Search Results

You are looking at 1 - 8 of 8 items for

  • Author or Editor: W. C. Wong x
  • Refine by Access: All Content x
Clear All Modify Search
Annie P. S. Wong, Gregory C. Johnson, and W. Brechner Owens

Abstract

Autonomous CTD profiling floats are free-moving floats that report vertical profiles of salinity, temperature, and pressure at regular time intervals. The Argo program plans to deploy 3000 such floats to observe the upper 2000 m of the global ocean. These floats give good measurements of temperature and pressure, but salinity measurements may experience significant sensor drifts with time. The moving nature of these floats means that it is too expensive to retrieve them regularly for physical calibrations. Thus a system has been set up to correct the drift in these profiling float salinity data by using historical hydrographic data. An objective mapping technique is used to estimate the background climatological salinity field on θ surfaces from nearby historical data. Temporal variations in water mass properties are accounted for in the objective estimate. The float salinity data are fitted to the background climatology in potential conductivity space by weighted least squares with a time-varying slope. The error associated with estimating the background climatology is carried through in the weighted least squares calculations. The result is a set of calibrated salinity data with error estimates. Because of the need to accumulate a time series for calculating a stable slope correction term, this system is a delayed-mode quality control system, with reliable calibrations available a few months after float data are obtained. However, contemporary ship-based measurements are essential in determining whether a measured trend is due to sensor drift or due to natural variability.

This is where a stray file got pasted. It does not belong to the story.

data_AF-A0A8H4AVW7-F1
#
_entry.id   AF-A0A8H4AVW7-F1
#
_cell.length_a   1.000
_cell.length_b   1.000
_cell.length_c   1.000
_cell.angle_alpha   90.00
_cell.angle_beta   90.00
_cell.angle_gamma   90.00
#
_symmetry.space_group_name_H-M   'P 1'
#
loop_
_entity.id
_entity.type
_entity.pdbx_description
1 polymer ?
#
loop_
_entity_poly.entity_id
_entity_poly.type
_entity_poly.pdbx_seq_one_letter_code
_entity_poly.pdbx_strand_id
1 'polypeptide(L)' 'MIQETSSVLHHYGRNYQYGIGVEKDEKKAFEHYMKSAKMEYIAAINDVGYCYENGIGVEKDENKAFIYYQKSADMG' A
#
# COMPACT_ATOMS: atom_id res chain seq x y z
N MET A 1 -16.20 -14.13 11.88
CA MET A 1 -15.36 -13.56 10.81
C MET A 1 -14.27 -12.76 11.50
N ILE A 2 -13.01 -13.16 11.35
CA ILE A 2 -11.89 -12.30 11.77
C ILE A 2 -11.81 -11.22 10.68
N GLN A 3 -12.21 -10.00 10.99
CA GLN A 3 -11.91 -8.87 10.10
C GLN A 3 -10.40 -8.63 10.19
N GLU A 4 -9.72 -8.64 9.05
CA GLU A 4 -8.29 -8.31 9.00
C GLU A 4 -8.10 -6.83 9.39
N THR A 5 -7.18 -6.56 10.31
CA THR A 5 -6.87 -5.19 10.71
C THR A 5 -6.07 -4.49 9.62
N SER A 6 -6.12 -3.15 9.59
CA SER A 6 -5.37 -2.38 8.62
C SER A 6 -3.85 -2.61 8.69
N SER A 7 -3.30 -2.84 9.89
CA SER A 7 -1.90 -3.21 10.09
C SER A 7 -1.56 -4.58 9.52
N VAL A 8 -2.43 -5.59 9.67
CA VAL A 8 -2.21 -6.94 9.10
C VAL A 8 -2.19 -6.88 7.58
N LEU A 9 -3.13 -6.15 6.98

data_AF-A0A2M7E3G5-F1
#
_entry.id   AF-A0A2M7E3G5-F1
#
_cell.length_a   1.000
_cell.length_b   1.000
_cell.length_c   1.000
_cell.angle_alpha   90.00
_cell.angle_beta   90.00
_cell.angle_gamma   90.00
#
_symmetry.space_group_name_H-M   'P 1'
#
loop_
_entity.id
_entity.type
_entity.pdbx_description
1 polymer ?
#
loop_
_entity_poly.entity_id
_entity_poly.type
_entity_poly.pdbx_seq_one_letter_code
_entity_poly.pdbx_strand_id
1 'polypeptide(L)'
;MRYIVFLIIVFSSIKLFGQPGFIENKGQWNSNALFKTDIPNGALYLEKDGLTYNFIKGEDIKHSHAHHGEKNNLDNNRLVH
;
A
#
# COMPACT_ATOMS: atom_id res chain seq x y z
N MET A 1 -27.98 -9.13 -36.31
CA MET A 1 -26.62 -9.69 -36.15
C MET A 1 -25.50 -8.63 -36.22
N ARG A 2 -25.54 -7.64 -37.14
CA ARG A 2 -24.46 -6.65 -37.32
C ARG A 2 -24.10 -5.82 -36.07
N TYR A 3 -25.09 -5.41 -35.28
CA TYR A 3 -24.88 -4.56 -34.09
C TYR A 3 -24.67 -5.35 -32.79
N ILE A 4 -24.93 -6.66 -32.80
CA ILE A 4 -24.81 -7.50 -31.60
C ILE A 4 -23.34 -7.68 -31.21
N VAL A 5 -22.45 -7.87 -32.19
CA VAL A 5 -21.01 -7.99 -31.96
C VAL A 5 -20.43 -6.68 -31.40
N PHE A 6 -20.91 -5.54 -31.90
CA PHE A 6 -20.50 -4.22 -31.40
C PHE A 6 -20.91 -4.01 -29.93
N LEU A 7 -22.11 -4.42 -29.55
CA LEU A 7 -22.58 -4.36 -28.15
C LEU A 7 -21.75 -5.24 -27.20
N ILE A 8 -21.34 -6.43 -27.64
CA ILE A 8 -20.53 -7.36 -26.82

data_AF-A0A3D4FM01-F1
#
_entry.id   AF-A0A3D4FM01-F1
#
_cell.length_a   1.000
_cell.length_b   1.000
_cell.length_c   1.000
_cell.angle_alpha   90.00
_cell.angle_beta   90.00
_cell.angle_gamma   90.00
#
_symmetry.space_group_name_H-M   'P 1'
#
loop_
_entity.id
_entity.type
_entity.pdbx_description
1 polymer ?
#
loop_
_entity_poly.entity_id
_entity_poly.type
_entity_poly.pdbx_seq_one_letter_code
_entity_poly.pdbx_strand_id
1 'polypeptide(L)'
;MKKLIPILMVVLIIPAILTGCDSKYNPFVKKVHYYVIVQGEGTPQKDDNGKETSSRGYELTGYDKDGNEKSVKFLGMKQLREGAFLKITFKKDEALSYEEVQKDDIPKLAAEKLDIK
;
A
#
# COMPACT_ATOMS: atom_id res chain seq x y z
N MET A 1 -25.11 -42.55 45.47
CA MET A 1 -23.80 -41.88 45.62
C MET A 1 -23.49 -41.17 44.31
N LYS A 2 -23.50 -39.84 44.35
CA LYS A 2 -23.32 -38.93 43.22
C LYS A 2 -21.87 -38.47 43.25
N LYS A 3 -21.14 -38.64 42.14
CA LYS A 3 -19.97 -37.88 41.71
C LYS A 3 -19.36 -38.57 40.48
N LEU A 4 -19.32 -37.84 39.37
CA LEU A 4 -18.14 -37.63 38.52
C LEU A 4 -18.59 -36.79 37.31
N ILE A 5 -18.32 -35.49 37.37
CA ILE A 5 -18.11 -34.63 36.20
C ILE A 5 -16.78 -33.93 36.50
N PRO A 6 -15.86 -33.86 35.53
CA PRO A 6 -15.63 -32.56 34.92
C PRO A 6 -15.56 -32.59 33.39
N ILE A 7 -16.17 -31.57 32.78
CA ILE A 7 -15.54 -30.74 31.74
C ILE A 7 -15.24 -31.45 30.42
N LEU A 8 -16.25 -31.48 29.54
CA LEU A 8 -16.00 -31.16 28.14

Full access
Michael L. Kaplan, John W. Zack, Vince C. Wong, and Glen D. Coats

Abstract

Mesoscale model simulations with and without diurnal planetary boundary layer heat flux are compared to a detailed surface analysis for a case of an isolated tornadic convective complex development. The case study, 3-4 June 1980, is of particular interest because of the development of several destructive tornadic storms within the Grand Island, Nebraska metropolitan area during a period of relatively weak synoptic scale forcing. This type of case presents an opportunity for the mesoscale numerical simulation of the subtle interactions between an upper tropospheric jet stream and surface diabatic heating. Model simulations runwith and without diurnal surface sensible heating show marked differences in processes both within and above the planetary boundary layer (PBL). The results of the simulations indicate that the evolution of the subsynoptic scale low pressure system and its accompanying low level jet streak, areas of moisture convergence, and regions of convective instability are influenced by the interaction of the deep surface-heated PBL with a weak synoptic scale jet streak. The model simulations show that the distribution and evolution of tropospheric velocity divergence cannot be realistically decoupled from the thickness changes caused by PBL heating in this case of relatively weak dynamic forcing. Modifications in the simulated velocity divergence and low level warm advection caused by PBL heating led to a more realistic pattern of pressure falls, low level jet formation, and a significant reduction of the lifted index values near the region of observed convection. Comparisons with observations, however, also indicate that the modeling system still requires: I) enhanced soil moisture information in the data base utilized for its PBL parameterization to achieve the proper amplitude and distribution of surface sensible heat flux and 2) the proper parameterization of convective scale processes such as latent heating to completely capture the evolution of the subsynoptic scale low pressure system into a mesoscale low pressure system. The most significant implication of these modeling results is that previous dynamical models of upper and lower tropospheric coupling during the pre-stormenvironment should include consideration of the effects of diurnal surface sensible heating upon a pre-existing jet streak.